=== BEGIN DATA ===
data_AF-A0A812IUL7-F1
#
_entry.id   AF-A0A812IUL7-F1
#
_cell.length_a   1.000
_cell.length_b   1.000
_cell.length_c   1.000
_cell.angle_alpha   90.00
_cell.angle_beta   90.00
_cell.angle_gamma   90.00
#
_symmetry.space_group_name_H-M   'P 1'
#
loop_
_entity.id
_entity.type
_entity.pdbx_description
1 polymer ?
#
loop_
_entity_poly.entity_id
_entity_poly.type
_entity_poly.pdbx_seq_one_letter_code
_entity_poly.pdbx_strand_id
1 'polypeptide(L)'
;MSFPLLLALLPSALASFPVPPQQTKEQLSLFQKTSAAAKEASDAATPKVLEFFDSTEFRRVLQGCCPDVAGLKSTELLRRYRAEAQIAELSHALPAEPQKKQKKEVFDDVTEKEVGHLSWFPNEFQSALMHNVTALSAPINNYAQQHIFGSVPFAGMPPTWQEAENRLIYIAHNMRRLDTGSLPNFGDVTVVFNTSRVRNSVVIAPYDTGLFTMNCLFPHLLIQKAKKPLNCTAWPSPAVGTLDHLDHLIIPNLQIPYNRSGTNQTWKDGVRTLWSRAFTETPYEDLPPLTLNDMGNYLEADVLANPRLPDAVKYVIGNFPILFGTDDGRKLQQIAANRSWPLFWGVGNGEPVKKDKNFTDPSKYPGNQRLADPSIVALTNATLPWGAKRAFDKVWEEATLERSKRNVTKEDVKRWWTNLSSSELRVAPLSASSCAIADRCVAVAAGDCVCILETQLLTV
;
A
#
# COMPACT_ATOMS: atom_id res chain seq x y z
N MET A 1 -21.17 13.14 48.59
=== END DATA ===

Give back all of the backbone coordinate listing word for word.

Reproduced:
data_AF-A0A812IUL7-F1
#
_entry.id   AF-A0A812IUL7-F1
#
_cell.length_a   1.000
_cell.length_b   1.000
_cell.length_c   1.000
_cell.angle_alpha   90.00
_cell.angle_beta   90.00
_cell.angle_gamma   90.00
#
_symmetry.space_group_name_H-M   'P 1'
#
loop_
_entity.id
_entity.type
_entity.pdbx_description
1 polymer ?
#
loop_
_entity_poly.entity_id
_entity_poly.type
_entity_poly.pdbx_seq_one_letter_code
_entity_poly.pdbx_strand_id
1 'polypeptide(L)'
;MSFPLLLALLPSALASFPVPPQQTKEQLSLFQKTSAAAKEASDAATPKVLEFFDSTEFRRVLQGCCPDVAGLKSTELLRRYRAEAQIAELSHALPAEPQKKQKKEVFDDVTEKEVGHLSWFPNEFQSALMHNVTALSAPINNYAQQHIFGSVPFAGMPPTWQEAENRLIYIAHNMRRLDTGSLPNFGDVTVVFNTSRVRNSVVIAPYDTGLFTMNCLFPHLLIQKAKKPLNCTAWPSPAVGTLDHLDHLIIPNLQIPYNRSGTNQTWKDGVRTLWSRAFTETPYEDLPPLTLNDMGNYLEADVLANPRLPDAVKYVIGNFPILFGTDDGRKLQQIAANRSWPLFWGVGNGEPVKKDKNFTDPSKYPGNQRLADPSIVALTNATLPWGAKRAFDKVWEEATLERSKRNVTKEDVKRWWTNLSSSELRVAPLSASSCAIADRCVAVAAGDCVCILETQLLTV
;
A
#
# COMPACT_ATOMS: atom_id res chain seq x y z
N MET A 1 -21.17 13.14 48.59